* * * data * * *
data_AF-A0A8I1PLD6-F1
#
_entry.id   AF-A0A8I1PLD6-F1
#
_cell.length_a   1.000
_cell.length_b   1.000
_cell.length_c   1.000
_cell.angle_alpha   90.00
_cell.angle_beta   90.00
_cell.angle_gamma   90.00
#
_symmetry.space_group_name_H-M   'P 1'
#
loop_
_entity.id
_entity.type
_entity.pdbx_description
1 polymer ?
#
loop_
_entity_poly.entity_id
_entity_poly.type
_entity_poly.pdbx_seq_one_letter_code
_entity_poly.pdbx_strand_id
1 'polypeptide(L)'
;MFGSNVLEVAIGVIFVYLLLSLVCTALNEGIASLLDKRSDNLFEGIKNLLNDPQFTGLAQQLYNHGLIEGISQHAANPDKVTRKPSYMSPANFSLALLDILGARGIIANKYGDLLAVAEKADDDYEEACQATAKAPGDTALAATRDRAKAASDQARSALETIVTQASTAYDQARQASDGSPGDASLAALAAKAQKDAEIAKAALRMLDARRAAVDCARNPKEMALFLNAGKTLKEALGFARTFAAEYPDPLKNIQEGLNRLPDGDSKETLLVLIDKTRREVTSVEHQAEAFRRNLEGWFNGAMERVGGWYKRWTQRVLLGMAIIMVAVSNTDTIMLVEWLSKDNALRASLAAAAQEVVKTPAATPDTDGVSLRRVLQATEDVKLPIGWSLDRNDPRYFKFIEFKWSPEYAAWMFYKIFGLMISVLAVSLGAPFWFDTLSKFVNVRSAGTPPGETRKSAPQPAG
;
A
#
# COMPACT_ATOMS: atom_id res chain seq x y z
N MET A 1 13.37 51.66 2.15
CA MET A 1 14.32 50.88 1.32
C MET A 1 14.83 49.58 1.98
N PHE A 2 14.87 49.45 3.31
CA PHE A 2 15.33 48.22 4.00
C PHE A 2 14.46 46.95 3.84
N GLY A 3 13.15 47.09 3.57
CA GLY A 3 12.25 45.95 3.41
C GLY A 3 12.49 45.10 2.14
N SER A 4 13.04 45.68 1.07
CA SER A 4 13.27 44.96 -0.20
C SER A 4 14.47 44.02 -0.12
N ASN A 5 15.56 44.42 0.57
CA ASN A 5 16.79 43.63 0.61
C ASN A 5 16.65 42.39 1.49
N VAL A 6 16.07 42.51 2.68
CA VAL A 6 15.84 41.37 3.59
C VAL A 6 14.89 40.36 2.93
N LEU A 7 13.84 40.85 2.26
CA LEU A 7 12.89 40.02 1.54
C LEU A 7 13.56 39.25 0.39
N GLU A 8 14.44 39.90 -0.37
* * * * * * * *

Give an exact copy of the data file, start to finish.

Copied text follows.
data_AF-A0A8I1PLD6-F1
#
_entry.id   AF-A0A8I1PLD6-F1
#
_cell.length_a   1.000
_cell.length_b   1.000
_cell.length_c   1.000
_cell.angle_alpha   90.00
_cell.angle_beta   90.00
_cell.angle_gamma   90.00
#
_symmetry.space_group_name_H-M   'P 1'
#
loop_
_entity.id
_entity.type
_entity.pdbx_description
1 polymer ?
#
loop_
_entity_poly.entity_id
_entity_poly.type
_entity_poly.pdbx_seq_one_letter_code
_entity_poly.pdbx_strand_id
1 'polypeptide(L)'
;MFGSNVLEVAIGVIFVYLLLSLVCTALNEGIASLLDKRSDNLFEGIKNLLNDPQFTGLAQQLYNHGLIEGISQHAANPDKVTRKPSYMSPANFSLALLDILGARGIIANKYGDLLAVAEKADDDYEEACQATAKAPGDTALAATRDRAKAASDQARSALETIVTQASTAYDQARQASDGSPGDASLAALAAKAQKDAEIAKAALRMLDARRAAVDCARNPKEMALFLNAGKTLKEALGFARTFAAEYPDPLKNIQEGLNRLPDGDSKETLLVLIDKTRREVTSVEHQAEAFRRNLEGWFNGAMERVGGWYKRWTQRVLLGMAIIMVAVSNTDTIMLVEWLSKDNALRASLAAAAQEVVKTPAATPDTDGVSLRRVLQATEDVKLPIGWSLDRNDPRYFKFIEFKWSPEYAAWMFYKIFGLMISVLAVSLGAPFWFDTLSKFVNVRSAGTPPGETRKSAPQPAG
;
A
#
# COMPACT_ATOMS: atom_id res chain seq x y z
N MET A 1 13.37 51.66 2.15
CA MET A 1 14.32 50.88 1.32
C MET A 1 14.83 49.58 1.98
N PHE A 2 14.87 49.45 3.31
CA PHE A 2 15.33 48.22 4.00
C PHE A 2 14.46 46.95 3.84
N GLY A 3 13.15 47.09 3.57
CA GLY A 3 12.25 45.95 3.41
C GLY A 3 12.49 45.10 2.14
N SER A 4 13.04 45.68 1.07
CA SER A 4 13.27 44.96 -0.20
C SER A 4 14.47 44.02 -0.12
N ASN A 5 15.56 44.42 0.57
CA ASN A 5 16.79 43.63 0.61
C ASN A 5 16.65 42.39 1.49
N VAL A 6 16.07 42.51 2.68
CA VAL A 6 15.84 41.37 3.59
C VAL A 6 14.89 40.36 2.93
N LEU A 7 13.84 40.85 2.26
CA LEU A 7 12.89 40.02 1.54
C LEU A 7 13.56 39.25 0.39
N GLU A 8 14.44 39.90 -0.37